So Obamcare’s a lesser of those two evils. But that ignores the single payer solution that’s the only true solution – and even that would fail to address many of the most egregious provider abuses that routinely jeopardize patients with unneeded high-risk medical interventions.
The missing ingredient in all the hand-wringing I see about Obamacare, pro and con, is the refusal to challenge medical caregivers themselves. We allow spinal fusion surgeries in some parts of America at twenty times the rate of other parts of the country. Twenty times!
And the same phenomenon occurs across the medical spectrum. Why are we still paying for all this unneeded care that simply pads the incomes of unscrupulous doctors and hospitals? Are we so driven by fear of disease that we must cling to childish views of doctors as all-knowing and benevolent when all the evidence tells us they are the core drivers of our medical misspending.
Nothing happens in healthcare – not a dollar spent or earned – without a doctor’s order. Unless we wake up to how much of our medical care isn’t care at all, but profiteering by doctors and hospitals, no political solution will correct our medical spending trajectory.
We need to stop looking to politicians for solutions and take responsibility ourselves by learning to say no when our doctors order tests and procedures we or our loved ones don’t need. That means we have to put in the time and effort to educate ourselves to be much smarter medical consumers.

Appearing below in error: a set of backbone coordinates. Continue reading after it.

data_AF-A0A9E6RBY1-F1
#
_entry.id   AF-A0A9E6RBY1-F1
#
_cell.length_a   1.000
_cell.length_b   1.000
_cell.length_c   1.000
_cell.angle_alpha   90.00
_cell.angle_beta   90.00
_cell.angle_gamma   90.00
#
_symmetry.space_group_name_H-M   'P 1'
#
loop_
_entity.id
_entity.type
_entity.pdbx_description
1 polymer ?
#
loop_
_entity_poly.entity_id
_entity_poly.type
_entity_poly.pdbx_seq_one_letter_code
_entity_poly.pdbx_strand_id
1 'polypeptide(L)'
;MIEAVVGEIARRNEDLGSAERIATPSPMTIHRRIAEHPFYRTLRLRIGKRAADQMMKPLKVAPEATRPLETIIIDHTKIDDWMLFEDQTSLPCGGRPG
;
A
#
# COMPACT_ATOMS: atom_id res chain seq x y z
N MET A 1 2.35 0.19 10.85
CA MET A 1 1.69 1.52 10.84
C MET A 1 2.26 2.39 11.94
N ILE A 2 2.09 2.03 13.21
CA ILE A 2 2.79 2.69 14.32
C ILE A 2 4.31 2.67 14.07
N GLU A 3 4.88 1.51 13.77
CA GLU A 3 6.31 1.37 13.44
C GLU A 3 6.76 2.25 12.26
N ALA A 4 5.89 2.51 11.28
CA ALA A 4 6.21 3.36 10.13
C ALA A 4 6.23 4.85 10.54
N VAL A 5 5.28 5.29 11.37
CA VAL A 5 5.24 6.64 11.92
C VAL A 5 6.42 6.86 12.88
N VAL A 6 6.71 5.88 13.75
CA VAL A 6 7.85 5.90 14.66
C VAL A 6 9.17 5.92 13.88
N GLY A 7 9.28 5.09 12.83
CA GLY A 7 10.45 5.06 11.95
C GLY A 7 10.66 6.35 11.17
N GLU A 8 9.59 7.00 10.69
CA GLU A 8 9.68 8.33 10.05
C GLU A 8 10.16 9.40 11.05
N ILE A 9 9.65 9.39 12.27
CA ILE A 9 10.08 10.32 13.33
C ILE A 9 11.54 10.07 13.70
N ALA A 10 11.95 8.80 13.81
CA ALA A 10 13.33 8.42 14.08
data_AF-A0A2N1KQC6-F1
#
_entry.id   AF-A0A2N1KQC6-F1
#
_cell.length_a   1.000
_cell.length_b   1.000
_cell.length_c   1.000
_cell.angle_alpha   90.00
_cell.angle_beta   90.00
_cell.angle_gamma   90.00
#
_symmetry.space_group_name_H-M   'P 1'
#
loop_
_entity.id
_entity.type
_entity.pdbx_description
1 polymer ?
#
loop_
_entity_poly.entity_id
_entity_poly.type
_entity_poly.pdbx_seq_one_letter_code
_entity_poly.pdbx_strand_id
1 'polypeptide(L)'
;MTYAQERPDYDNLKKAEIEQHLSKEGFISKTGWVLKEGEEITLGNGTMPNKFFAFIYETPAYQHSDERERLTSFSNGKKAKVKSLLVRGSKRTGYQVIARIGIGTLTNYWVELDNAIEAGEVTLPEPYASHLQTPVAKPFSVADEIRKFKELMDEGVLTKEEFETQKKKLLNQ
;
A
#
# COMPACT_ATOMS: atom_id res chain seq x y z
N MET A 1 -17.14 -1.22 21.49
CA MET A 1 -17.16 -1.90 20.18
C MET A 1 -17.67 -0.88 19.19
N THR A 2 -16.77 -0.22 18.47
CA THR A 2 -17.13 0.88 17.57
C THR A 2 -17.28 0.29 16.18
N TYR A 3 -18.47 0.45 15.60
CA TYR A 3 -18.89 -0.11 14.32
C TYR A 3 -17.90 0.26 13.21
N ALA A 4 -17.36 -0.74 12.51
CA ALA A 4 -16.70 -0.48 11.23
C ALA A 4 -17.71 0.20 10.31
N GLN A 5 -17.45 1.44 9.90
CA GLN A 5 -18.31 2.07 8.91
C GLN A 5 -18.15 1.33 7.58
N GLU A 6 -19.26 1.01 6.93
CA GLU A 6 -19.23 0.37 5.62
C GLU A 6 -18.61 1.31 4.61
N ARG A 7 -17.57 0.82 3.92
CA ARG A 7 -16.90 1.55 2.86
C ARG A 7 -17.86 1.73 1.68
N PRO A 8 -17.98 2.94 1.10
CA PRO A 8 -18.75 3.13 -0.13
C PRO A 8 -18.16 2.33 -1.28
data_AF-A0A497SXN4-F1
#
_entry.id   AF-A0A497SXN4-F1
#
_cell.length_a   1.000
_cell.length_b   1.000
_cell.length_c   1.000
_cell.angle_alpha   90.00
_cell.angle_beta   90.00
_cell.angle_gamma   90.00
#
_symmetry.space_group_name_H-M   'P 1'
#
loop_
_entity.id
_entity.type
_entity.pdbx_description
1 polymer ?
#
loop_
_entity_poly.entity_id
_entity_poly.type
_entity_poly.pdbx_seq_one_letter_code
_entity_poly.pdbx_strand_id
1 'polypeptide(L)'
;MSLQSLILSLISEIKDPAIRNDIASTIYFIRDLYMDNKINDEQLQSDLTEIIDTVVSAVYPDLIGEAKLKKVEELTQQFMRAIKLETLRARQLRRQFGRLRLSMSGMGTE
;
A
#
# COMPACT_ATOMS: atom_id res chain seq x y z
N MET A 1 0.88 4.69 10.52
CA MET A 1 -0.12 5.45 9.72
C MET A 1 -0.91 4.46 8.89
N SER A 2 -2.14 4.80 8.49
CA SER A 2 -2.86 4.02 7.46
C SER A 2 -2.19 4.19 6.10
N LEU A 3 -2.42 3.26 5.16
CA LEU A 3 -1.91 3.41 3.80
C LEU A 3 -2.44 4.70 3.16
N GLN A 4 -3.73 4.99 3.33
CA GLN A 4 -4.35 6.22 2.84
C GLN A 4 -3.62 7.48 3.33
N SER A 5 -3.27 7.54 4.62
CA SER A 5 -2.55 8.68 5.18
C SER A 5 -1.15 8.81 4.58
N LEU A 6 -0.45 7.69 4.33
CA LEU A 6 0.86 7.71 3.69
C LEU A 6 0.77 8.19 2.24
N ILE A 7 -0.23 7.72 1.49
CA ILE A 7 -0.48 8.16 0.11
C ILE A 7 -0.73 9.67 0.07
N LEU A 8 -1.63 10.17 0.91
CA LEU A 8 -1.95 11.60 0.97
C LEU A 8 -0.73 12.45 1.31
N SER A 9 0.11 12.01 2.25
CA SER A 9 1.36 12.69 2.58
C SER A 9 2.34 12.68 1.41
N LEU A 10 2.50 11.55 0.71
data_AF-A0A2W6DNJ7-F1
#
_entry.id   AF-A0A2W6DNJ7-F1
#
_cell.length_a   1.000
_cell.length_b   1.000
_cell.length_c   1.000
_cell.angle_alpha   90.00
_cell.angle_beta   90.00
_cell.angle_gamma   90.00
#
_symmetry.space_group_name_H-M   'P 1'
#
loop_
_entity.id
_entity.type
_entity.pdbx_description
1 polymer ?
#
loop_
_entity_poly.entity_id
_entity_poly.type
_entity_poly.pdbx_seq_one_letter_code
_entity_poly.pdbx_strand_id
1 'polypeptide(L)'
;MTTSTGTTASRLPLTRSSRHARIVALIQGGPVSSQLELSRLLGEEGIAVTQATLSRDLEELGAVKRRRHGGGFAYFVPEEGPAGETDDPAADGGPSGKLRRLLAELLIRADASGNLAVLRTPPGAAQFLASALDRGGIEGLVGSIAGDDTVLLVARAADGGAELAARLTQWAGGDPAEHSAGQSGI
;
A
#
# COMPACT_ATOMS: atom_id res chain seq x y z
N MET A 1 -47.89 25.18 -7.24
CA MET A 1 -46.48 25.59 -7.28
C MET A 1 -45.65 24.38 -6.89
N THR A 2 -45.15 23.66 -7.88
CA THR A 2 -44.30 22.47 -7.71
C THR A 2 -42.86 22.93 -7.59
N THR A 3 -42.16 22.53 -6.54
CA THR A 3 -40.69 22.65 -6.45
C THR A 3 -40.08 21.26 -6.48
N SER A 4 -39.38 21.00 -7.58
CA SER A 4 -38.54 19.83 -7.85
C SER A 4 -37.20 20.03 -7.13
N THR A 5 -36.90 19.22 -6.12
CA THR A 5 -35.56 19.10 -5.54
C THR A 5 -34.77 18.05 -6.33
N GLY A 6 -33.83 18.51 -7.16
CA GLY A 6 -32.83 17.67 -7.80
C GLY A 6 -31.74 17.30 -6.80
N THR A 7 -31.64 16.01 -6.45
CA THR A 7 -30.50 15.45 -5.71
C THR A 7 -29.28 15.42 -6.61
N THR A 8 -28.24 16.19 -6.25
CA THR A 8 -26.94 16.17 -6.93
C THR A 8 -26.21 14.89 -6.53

It’s too bad. It shouldn’t have to be this way. We should be able to trust our doctors to put our interests before their own. But those days are gone – “medical ethics” is fast becoming an oxymoron. Being a grown-up means recognizing such realities for what they are rather than clinging to outdated and naive trust in institutions and professions that no longer deserve that trust.
There is no other answer. Unfortunately, the only true answer requires more effort and responsibility by we consumers than most of us are willing to accept. And we”ll pay the price accordingly – not just financially, but physically as well. More Americans die needlessly every day from medical errors – many of them occurring in tests and procedures that aren’t needed in the first place – than die in all our wars, street violence, drug overdoses and suicides combined.
We’re just too trusting (see “Are America’s Healthcare Patients Too Trusting?“) – or complacent – to recognize it.
A good place to start educating yourself is the Choosing Wisely website, which lists tests and procedures you may be better off avoiding – as well as when they’re most appropriate. These are provided by the relevant expert medical specialties, so you can be pretty sure they’re reasonable cautions that you can review with your physician if they’re relevant to your care or that of a loved one (thanks to Twitter follower Claudia Williams for suggesting this addition).